faststringmap is a fast read-only string keyed map for Go (golang). For our use case it is approximately 5 times faster than using Go's built-in map type with a string key. It also has the following advantages:
- look up strings and byte slices without use of the
- minimal impact on GC due to lack of pointers in the data structure
- data structure can be trivially serialized to disk or network
The code provided implements a map from string to
uint32 which fits our use case, but you can easily substitute other value types.
faststringmap is a variant of a data structure called a Trie. At each level we use a slice to hold the next possible byte values. This slice is of length one plus the difference between the lowest and highest possible next bytes of strings in the map. Not all the entries in the slice are valid next bytes.
faststringmap is thus more space efficient for keys using a small set of nearby runes, for example those using a lot of digits.
Example usage can be found in
faststringmap in order to improve the speed of parsing CSV where the fields were category codes from survey data. The majority of these were numeric (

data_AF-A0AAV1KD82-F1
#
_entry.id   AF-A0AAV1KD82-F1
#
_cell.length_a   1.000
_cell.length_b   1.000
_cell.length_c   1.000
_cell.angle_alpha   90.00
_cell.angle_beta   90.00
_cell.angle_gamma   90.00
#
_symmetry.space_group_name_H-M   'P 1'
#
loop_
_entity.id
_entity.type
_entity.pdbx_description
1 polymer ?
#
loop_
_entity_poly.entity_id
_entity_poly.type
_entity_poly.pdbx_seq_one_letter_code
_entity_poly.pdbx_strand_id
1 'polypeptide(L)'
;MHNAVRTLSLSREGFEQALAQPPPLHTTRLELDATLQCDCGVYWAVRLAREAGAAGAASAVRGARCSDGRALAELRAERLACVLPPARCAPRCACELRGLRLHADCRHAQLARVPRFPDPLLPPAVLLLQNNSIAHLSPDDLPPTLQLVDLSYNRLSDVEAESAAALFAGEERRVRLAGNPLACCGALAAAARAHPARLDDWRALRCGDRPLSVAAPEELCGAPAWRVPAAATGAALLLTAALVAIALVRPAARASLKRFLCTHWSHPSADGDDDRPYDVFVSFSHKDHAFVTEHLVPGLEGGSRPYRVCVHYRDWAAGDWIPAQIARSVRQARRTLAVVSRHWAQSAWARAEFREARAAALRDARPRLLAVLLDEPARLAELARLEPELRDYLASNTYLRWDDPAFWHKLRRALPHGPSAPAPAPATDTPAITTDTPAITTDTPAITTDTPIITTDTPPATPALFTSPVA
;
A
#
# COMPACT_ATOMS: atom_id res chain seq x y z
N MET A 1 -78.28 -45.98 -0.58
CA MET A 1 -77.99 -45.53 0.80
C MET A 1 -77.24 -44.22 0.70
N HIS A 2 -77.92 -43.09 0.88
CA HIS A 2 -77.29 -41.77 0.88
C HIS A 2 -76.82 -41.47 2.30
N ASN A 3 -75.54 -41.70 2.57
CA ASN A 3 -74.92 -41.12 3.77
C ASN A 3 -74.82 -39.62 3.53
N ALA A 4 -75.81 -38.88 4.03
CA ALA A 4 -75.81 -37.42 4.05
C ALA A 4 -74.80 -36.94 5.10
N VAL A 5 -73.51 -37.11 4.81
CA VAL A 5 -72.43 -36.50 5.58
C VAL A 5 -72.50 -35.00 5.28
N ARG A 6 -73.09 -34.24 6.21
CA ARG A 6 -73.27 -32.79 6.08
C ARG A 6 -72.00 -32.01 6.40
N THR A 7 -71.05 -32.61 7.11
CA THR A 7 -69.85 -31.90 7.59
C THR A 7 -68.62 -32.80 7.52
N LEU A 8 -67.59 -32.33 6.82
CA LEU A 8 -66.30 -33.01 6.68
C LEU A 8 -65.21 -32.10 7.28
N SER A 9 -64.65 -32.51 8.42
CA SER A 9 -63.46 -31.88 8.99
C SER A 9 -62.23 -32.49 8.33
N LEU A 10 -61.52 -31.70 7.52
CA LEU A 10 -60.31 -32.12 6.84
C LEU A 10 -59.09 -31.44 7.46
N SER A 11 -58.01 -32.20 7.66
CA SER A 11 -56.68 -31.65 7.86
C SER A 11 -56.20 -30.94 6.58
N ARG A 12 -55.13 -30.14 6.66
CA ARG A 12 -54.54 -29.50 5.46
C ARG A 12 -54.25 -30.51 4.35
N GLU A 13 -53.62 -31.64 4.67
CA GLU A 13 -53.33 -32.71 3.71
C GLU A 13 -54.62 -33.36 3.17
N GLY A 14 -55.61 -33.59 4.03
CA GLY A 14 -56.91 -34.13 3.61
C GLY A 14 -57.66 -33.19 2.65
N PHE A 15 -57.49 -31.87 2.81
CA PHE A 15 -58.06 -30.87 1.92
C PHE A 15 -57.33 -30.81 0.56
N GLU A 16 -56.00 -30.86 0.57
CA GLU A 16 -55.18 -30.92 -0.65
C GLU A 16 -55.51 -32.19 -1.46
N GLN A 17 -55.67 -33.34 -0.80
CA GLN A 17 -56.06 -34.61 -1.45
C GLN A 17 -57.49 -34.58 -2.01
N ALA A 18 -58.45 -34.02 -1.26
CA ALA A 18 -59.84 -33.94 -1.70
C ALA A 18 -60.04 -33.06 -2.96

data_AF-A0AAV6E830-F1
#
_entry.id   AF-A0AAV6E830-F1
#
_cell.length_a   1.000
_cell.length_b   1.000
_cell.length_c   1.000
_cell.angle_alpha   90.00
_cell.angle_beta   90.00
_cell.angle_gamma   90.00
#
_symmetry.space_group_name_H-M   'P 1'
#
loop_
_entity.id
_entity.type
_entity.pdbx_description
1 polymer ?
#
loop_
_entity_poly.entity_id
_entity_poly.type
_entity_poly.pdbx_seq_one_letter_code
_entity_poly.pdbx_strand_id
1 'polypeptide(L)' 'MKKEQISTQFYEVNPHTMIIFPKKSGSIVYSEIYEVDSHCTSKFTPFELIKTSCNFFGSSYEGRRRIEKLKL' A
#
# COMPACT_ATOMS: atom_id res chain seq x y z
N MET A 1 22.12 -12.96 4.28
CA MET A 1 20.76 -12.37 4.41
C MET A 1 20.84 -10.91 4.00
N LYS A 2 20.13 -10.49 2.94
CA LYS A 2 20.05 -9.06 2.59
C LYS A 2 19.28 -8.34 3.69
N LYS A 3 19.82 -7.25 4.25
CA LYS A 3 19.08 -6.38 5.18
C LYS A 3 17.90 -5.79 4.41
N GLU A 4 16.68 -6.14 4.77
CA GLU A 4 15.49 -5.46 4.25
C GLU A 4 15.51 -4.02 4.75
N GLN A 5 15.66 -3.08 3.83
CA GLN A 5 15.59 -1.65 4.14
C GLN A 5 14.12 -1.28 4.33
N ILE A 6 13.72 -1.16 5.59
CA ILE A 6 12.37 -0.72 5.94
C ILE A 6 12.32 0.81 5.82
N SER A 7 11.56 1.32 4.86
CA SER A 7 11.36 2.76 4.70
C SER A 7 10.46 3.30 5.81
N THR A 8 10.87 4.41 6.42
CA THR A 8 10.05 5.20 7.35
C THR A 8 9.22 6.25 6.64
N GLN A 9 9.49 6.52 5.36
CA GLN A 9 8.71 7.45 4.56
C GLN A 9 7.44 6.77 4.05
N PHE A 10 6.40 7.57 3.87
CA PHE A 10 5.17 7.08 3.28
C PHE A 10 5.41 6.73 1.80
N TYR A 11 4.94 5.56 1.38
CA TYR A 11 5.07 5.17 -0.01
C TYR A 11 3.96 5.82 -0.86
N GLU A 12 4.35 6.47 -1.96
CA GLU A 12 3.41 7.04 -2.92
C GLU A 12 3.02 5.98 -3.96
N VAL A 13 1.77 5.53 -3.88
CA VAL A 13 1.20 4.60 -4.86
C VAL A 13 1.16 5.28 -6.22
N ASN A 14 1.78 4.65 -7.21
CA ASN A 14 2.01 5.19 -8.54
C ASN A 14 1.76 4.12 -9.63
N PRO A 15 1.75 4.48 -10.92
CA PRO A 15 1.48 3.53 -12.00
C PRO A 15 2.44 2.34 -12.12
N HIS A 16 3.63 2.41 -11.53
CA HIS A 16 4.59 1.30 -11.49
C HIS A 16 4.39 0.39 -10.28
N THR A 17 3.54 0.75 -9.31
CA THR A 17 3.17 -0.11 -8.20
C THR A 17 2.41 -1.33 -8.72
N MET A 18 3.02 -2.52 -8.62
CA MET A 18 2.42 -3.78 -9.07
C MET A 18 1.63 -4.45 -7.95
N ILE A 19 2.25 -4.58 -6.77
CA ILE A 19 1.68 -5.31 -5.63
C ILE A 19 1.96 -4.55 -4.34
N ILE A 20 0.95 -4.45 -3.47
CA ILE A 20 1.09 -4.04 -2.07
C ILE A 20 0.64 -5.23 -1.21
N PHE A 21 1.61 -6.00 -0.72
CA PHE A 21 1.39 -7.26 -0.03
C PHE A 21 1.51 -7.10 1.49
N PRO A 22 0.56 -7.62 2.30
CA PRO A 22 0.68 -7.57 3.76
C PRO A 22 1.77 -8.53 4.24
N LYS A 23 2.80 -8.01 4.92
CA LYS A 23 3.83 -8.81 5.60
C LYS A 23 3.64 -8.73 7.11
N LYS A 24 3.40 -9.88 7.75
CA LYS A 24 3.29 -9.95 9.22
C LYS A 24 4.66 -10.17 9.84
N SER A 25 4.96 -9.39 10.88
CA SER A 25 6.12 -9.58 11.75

"3"...) plus a distinct code for "not applicable". I was struck that in the simplest possible cases (e.g.
"5") the map should be a single slice lookup.
Our fast CSV parser provides fields as byte slices into the read buffer to avoid creating string objects. So I also wanted to facilitate key lookup from a
byte rather than a string. This is not possible using a built-in Go map without use of the
Below are example benchmarks from my laptop which are for looking up every element in a map of size 1000. So approximate times are 25ns per lookup for the Go native map and 5ns per lookup for the
cpu: Intel(R) Core(TM) i7-6700HQ CPU @ 2.60GHz BenchmarkUint32Store BenchmarkUint32Store-8 218463 4959 ns/op BenchmarkGoStringToUint32 BenchmarkGoStringToUint32-8 49279 24483 ns/op
You can improve the performance further by using a slice for the
next fields. This avoids a bounds check when looking up the entry for a byte. However, it comes at the cost of easy serialization and introduces a lot of pointers which will have impact on GC. It is not possible to directly construct the slice version in the same way so that the whole store is one block of memory. Either create as in this code and then derive the slice version or create distinct slice objects at each level.